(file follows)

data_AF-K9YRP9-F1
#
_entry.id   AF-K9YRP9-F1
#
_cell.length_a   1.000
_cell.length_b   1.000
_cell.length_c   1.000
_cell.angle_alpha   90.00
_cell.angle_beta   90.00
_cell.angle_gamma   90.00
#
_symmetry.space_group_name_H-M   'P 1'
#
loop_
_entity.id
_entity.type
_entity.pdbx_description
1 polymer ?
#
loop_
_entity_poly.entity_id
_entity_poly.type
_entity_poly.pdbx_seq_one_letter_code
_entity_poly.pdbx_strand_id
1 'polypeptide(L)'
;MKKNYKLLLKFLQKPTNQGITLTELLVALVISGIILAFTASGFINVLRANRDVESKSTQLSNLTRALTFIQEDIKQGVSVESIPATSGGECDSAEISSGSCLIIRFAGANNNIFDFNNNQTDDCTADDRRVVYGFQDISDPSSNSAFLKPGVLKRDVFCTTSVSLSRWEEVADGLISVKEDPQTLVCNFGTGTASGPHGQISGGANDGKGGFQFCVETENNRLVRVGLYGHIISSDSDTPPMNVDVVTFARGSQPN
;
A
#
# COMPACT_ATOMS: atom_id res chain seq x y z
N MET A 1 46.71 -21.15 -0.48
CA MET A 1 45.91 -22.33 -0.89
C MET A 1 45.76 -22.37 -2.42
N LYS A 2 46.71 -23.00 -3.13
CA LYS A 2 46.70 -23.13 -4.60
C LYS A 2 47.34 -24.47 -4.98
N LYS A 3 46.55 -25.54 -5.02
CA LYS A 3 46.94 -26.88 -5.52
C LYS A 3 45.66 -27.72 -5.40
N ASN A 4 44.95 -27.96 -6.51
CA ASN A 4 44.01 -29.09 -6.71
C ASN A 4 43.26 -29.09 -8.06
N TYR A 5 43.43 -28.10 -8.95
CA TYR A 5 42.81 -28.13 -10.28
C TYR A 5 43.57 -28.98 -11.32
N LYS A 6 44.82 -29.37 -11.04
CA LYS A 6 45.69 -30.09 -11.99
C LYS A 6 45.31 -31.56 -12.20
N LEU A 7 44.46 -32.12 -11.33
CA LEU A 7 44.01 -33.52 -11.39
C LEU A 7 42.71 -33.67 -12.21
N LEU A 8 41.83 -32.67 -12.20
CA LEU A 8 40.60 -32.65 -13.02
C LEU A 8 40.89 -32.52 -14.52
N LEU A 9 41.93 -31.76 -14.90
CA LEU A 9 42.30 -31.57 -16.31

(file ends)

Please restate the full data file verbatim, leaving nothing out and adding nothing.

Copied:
data_AF-K9YRP9-F1
#
_entry.id   AF-K9YRP9-F1
#
_cell.length_a   1.000
_cell.length_b   1.000
_cell.length_c   1.000
_cell.angle_alpha   90.00
_cell.angle_beta   90.00
_cell.angle_gamma   90.00
#
_symmetry.space_group_name_H-M   'P 1'
#
loop_
_entity.id
_entity.type
_entity.pdbx_description
1 polymer ?
#
loop_
_entity_poly.entity_id
_entity_poly.type
_entity_poly.pdbx_seq_one_letter_code
_entity_poly.pdbx_strand_id
1 'polypeptide(L)'
;MKKNYKLLLKFLQKPTNQGITLTELLVALVISGIILAFTASGFINVLRANRDVESKSTQLSNLTRALTFIQEDIKQGVSVESIPATSGGECDSAEISSGSCLIIRFAGANNNIFDFNNNQTDDCTADDRRVVYGFQDISDPSSNSAFLKPGVLKRDVFCTTSVSLSRWEEVADGLISVKEDPQTLVCNFGTGTASGPHGQISGGANDGKGGFQFCVETENNRLVRVGLYGHIISSDSDTPPMNVDVVTFARGSQPN
;
A
#
# COMPACT_ATOMS: atom_id res chain seq x y z
N MET A 1 46.71 -21.15 -0.48
CA MET A 1 45.91 -22.33 -0.89
C MET A 1 45.76 -22.37 -2.42
N LYS A 2 46.71 -23.00 -3.13
CA LYS A 2 46.70 -23.13 -4.60
C LYS A 2 47.34 -24.47 -4.98
N LYS A 3 46.55 -25.54 -5.02
CA LYS A 3 46.94 -26.88 -5.52
C LYS A 3 45.66 -27.72 -5.40
N ASN A 4 44.95 -27.96 -6.51
CA ASN A 4 44.01 -29.09 -6.71
C ASN A 4 43.26 -29.09 -8.06
N TYR A 5 43.43 -28.10 -8.95
CA TYR A 5 42.81 -28.13 -10.28
C TYR A 5 43.57 -28.98 -11.32
N LYS A 6 44.82 -29.37 -11.04
CA LYS A 6 45.69 -30.09 -11.99
C LYS A 6 45.31 -31.56 -12.20
N LEU A 7 44.46 -32.12 -11.33
CA LEU A 7 44.01 -33.52 -11.39
C LEU A 7 42.71 -33.67 -12.21
N LEU A 8 41.83 -32.67 -12.20
CA LEU A 8 40.60 -32.65 -13.02
C LEU A 8 40.89 -32.52 -14.52
N LEU A 9 41.93 -31.76 -14.90
CA LEU A 9 42.30 -31.57 -16.31